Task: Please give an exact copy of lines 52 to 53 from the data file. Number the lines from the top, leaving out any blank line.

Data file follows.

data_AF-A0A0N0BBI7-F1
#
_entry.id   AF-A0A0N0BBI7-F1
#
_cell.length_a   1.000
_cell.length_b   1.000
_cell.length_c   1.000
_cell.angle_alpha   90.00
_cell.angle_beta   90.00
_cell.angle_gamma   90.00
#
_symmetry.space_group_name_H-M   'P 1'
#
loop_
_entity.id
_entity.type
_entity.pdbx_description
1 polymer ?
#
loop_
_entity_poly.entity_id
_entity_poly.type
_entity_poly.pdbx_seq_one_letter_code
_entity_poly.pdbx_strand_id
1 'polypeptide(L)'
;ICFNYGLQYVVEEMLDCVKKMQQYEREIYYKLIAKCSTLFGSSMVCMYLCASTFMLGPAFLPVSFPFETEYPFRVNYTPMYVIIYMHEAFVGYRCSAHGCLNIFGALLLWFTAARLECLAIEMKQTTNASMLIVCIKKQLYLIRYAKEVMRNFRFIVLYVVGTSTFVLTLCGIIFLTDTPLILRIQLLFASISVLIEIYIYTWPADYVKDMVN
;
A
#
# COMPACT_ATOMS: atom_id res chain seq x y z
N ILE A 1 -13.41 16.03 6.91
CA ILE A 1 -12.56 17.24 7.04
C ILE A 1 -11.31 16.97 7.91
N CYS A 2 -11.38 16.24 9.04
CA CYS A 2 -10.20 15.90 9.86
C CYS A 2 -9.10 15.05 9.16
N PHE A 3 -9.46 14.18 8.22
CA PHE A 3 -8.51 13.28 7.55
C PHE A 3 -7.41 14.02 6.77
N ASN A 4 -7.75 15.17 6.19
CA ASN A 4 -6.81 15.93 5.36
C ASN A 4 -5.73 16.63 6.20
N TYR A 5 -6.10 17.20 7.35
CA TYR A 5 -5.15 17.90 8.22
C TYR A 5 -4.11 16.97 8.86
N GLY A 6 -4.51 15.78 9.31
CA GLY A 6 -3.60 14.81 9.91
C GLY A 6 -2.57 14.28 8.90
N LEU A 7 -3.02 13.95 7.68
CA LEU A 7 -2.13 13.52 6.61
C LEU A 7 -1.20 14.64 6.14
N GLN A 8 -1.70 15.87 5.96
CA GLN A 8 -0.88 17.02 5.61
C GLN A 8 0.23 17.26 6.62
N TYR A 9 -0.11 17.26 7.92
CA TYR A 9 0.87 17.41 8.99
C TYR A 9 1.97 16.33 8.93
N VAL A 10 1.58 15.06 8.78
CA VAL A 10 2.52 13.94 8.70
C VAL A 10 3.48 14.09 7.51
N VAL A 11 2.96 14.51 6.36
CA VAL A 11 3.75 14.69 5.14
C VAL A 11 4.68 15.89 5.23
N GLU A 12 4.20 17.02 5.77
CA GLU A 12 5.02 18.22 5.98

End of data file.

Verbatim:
N GLN A 8 -1.70 15.87 5.96
CA GLN A 8 -0.88 17.02 5.61